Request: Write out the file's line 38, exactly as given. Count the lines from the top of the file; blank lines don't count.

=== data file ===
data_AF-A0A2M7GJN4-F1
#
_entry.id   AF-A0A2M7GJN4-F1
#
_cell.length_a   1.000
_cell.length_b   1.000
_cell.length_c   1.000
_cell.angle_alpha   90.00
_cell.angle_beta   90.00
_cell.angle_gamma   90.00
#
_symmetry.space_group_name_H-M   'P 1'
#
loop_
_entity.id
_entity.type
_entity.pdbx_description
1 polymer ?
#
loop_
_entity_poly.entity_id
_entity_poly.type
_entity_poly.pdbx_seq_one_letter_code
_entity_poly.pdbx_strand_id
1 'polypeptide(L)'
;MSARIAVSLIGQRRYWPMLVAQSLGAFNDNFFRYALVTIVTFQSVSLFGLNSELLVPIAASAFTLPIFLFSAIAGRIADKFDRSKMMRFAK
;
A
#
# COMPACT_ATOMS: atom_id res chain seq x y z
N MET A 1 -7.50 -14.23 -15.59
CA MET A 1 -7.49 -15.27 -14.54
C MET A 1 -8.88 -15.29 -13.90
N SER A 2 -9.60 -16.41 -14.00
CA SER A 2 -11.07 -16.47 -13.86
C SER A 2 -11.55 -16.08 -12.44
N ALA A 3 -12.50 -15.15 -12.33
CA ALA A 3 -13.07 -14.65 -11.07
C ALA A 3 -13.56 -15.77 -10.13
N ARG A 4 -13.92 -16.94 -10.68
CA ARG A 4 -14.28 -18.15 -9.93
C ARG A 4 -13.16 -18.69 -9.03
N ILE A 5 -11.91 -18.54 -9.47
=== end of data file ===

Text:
CA ALA A 3 -13.07 -14.65 -11.07